I've been trying to find a way to write this post. To piece all the disparate parts together, to recount all of the story lines, convey all of the emotions, share all of the thoughts involved in this journey. I've finally decided I have to quit trying to figure it out and just write. It may not be complete, it may not make perfect sense, but here it is. A start, anyway.
Some people have things that plague them their entire lives - that one annoying thing (habit, life area, belief) that you can't shake no matter how hard you try. Mine is health. It seems that no matter what, complicated health issues surround me.
It's been this way my whole life. I've always felt generally sick and tired, ever since I can remember, but never did anyone validate my general malaise or diagnose me with anything. In fact, from an early age I was outright accused of being an over-dramatic hypochondriac - an accusation I still struggle with internally almost daily. Growing up in Austin, one of the airborn allergy capitals of the world, at some point during my adolescence I decided the constant sniffles and low energy level had to be allergies. I wouldn't chase down the symptoms with a doctor because that would be proving "them" right, those owners of the disembodied voices that lingered in order to accuse.
And, the voices in my head told me, I couldn't really be sick. I'm a hypochondriac, remember? This is all in my head.
So I labored on through life, playing sports and dancing and generally feeling yucky. Ignoring or invalidating how I felt because that's what I thought I was supposed to do. Push through, toughen up, get over it, quit complaining.
My senior year in high school the yuckiness became yuckier. I finally had to turn to doctors for help and here is a sampling of what they said:
- In response to both of my knees simply going out during dance rehearsal one day, a respected orthopedic surgeon said: "you're developing arthritis. Nothing can be done at this stage. You'll have to wait it out until your knees get so bad that knee replacement surgery is your only option. We're not there yet. In the meantime, no climbing stairs, no dancing certainly, no sports." I was eighteen years old.
- Later, at age twenty-eight, my dog pulled an already weak shoulder almost completely out of joint. The sports medicine doctors I saw said things like: "you have shoulder impingment and tendinitis - you just need to exercise." Now, six years later, I have a hierneated disc in my cervical spine and periodic numbness down both of my arms - all of which is directly related to the original weakness and malalignment of my shoulder joint. The muscles in my right arm are dieing, effectively. Nearly every morning I can't feel my hand and don't have the strength to open my daughter's medicine, for example. The childproof top takes me around ten tries before I can prise it loose.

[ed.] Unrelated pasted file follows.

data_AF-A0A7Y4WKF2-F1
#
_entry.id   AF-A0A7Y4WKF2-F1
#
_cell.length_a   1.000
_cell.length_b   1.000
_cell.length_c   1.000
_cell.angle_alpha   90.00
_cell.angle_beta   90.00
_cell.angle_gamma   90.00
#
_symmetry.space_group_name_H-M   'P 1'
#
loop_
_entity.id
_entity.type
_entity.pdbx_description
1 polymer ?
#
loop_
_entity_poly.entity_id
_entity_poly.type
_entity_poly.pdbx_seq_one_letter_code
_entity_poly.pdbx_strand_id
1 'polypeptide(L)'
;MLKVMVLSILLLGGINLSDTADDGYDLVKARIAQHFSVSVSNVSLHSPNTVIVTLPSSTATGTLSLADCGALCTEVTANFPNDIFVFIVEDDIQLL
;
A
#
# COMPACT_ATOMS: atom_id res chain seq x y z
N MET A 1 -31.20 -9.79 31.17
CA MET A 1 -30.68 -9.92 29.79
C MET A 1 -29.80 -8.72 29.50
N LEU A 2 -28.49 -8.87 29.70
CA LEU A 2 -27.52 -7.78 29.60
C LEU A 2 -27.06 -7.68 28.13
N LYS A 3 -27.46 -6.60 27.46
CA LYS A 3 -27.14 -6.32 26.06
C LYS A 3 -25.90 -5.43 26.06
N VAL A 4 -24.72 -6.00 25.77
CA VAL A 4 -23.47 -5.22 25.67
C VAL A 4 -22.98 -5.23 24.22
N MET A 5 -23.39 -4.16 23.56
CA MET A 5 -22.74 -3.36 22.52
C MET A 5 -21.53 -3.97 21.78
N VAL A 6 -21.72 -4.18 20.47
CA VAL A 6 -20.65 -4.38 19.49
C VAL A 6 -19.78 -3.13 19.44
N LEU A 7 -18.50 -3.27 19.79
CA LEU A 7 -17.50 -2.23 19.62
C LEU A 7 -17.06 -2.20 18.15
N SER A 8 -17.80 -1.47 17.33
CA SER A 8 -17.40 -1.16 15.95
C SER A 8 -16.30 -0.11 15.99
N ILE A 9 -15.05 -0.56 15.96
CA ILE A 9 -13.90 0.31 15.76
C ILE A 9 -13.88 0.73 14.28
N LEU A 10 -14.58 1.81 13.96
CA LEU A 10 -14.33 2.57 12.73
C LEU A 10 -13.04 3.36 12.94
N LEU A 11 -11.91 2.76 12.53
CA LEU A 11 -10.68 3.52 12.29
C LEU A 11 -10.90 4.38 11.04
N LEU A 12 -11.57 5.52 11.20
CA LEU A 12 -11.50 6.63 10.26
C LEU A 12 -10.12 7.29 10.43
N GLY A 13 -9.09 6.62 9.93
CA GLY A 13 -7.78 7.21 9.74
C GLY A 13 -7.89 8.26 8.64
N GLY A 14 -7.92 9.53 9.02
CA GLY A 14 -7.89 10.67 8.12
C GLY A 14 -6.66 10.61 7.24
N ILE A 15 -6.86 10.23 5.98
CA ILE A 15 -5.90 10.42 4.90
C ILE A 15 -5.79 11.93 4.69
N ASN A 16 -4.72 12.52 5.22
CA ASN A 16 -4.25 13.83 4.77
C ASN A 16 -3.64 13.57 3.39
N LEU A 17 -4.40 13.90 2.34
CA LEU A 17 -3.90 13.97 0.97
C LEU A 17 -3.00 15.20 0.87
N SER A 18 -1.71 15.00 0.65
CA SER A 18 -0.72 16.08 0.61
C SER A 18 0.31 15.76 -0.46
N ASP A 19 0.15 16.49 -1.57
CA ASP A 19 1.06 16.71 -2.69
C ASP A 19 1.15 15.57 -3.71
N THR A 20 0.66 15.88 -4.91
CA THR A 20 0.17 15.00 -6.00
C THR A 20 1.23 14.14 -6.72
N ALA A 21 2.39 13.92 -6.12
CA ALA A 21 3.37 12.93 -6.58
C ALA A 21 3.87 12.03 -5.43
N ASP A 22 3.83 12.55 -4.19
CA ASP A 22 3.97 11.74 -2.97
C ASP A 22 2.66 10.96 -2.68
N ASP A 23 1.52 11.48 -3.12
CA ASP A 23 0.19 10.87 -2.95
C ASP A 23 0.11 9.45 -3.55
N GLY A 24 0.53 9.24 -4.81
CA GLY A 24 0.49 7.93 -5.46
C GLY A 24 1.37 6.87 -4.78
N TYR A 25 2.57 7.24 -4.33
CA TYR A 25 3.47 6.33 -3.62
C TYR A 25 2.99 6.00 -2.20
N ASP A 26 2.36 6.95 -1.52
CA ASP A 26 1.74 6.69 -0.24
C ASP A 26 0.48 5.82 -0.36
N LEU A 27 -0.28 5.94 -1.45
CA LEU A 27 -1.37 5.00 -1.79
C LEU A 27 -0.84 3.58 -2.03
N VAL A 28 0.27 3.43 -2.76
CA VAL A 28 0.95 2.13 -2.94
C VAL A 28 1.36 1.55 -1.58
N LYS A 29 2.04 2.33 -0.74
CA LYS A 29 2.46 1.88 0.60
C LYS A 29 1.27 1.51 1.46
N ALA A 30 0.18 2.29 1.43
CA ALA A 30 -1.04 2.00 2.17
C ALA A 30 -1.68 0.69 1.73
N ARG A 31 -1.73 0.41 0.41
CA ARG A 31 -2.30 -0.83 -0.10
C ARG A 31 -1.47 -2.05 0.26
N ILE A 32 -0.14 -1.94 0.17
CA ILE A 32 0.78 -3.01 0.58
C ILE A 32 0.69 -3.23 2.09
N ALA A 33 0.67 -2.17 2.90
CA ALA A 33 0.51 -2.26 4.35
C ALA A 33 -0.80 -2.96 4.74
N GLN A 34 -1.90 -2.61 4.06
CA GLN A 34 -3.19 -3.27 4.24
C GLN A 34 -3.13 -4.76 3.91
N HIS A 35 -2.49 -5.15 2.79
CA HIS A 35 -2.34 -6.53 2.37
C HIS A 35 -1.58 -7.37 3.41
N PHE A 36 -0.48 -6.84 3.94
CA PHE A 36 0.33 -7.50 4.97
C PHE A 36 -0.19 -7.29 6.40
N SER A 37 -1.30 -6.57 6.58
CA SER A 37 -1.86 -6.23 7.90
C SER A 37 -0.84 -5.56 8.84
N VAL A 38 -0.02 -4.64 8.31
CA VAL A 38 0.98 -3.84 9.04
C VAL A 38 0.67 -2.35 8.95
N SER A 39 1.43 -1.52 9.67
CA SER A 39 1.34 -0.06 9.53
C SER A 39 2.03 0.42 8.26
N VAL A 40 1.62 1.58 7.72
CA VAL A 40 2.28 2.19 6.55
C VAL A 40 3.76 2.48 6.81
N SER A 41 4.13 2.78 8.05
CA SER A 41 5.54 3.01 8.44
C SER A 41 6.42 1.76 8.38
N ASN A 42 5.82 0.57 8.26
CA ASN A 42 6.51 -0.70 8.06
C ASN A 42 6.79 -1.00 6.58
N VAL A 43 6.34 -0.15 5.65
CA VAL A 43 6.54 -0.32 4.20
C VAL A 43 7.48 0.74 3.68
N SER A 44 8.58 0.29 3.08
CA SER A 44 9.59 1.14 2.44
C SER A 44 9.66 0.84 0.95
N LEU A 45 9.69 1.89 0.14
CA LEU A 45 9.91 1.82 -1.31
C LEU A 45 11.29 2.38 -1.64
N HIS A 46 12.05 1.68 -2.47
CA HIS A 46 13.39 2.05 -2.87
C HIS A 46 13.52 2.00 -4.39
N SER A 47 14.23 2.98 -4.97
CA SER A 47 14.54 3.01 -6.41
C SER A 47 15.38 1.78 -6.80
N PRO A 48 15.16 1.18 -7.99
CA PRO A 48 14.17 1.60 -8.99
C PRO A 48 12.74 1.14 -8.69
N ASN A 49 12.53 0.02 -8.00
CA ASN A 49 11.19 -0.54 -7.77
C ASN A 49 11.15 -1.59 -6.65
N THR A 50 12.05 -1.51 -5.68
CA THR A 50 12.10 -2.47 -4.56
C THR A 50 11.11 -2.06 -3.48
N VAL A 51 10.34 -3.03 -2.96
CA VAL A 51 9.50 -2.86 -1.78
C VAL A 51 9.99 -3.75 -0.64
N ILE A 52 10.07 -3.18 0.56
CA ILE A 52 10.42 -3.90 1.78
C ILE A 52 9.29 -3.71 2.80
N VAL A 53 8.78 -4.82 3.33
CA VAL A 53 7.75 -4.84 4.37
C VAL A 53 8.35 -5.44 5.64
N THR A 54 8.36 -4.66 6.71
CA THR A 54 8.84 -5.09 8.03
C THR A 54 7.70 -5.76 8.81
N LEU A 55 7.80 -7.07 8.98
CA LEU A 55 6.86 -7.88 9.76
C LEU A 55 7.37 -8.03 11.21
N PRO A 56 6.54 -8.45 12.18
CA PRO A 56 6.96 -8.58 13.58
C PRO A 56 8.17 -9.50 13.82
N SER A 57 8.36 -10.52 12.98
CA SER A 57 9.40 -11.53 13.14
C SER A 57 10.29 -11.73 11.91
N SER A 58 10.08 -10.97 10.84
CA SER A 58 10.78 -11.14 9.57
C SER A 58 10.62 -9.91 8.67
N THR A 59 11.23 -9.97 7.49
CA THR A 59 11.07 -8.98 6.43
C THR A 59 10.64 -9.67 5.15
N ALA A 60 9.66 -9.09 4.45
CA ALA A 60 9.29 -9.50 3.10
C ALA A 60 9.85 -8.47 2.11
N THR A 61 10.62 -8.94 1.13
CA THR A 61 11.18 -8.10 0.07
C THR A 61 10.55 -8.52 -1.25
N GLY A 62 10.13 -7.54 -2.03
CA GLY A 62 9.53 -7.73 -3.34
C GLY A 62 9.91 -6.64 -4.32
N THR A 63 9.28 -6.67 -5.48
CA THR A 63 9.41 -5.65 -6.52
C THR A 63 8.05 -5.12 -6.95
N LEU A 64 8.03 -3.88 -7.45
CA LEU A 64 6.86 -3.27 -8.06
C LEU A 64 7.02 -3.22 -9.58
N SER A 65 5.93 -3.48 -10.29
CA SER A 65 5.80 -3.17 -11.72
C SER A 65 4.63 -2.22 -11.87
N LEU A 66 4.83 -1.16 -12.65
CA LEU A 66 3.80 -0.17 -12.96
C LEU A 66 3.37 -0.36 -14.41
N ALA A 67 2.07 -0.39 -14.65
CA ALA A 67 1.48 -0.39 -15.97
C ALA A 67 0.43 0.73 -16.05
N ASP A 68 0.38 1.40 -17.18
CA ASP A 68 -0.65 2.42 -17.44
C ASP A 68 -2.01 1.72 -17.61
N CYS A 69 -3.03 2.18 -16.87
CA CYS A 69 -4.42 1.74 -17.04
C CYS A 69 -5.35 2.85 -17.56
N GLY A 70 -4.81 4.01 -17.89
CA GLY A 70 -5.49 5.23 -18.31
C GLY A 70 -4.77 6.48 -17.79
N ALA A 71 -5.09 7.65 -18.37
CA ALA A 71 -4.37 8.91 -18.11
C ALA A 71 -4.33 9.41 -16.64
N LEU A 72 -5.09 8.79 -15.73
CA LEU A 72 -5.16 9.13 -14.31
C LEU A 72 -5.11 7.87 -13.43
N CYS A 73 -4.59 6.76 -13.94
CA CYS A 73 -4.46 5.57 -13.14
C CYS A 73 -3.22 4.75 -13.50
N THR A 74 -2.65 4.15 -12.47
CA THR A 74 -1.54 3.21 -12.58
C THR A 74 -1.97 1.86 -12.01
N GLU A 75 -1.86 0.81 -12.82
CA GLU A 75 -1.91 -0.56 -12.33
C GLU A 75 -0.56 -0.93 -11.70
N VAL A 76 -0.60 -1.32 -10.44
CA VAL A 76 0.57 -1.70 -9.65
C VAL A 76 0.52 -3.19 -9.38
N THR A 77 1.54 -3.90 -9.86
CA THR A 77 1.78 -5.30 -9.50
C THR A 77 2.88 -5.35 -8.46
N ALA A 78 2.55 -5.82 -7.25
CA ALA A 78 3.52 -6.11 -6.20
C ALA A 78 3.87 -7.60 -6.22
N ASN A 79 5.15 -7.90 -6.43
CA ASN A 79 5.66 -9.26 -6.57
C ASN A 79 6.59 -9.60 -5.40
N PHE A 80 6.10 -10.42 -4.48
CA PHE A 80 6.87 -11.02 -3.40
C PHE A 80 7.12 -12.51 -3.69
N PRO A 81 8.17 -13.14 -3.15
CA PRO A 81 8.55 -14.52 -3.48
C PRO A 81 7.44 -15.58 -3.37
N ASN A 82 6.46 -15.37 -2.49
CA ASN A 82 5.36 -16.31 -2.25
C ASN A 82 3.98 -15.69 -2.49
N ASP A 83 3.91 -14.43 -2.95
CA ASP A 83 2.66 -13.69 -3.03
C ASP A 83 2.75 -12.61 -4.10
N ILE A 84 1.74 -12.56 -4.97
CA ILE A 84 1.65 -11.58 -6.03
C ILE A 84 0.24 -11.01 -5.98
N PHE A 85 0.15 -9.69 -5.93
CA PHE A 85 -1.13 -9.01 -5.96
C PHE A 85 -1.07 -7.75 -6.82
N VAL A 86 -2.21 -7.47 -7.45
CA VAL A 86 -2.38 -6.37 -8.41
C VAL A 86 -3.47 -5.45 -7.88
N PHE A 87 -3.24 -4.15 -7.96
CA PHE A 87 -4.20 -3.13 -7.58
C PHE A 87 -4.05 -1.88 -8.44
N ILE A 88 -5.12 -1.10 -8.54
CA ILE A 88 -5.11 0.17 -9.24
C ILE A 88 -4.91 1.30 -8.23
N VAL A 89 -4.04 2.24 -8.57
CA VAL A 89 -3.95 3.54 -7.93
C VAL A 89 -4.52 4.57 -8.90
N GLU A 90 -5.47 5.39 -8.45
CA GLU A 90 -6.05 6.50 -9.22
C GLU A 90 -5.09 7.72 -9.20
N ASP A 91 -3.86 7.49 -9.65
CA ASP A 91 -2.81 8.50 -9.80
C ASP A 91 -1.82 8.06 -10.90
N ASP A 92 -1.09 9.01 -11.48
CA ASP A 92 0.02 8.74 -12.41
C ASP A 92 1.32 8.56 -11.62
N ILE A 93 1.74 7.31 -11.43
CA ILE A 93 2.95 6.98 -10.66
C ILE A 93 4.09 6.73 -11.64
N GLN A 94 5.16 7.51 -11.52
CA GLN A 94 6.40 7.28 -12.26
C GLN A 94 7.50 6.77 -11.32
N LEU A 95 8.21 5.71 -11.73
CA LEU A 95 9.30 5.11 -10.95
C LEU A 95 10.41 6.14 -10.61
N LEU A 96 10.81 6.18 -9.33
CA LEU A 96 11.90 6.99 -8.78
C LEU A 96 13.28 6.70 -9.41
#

- When I was pregnant with both of my children I would randomly pass out. In the hospital my OB would run the standard emergency markers: blood pressure, keytones (for dehydration), blood sugar, heart rate, etc. She would then look at me and say, "well Jenny I don't know what to tell you. There seems to be nothing wrong with you physically." Hmmm, does she think I thought it would be fun to get rushed to the hospital by my terrified husband every week or so? Yea right.
Here's my caveat: I'm not a victim and doctors aren't evil. Narrow-minded, perhaps. Unwilling to dig deeper and listen well, maybe. Too quick to look for the obvious, expected answer, tal vez. I don't know. I do know that I'm not at all qualified to make that judgment. I'm still working through lots of anger and resentment where doctors are concerned. I won't even pretend to have proper perspective. I'm also trying to sift through how I could have made different choices (like finding a PCP early on who could have managed all the specialists for me - put the pieces together, so to speak).
So here I am at age thirty-three and health continues to be the thing I deal with. Last night my husband took our fifteen-month-old daughter to the ER in an ambulance because she had a seizure. (She's fine now - seizure due to high fever that is now under control, praise God.) That marked the eighty-eighth time I have witnessed and "triaged" a seizure. I only called in the paramedics last night because she showed no signs of coming down from her seizure at the minute and a half mark. Depending on the type of seizure, you can begin to lose brain cells due to lack of oxygen and can even die if the seizure moves past the three minute mark. So yes, we dialed 9-1-1 even though I knew what to do (as did my husband: we're well-versed in seizure protocols).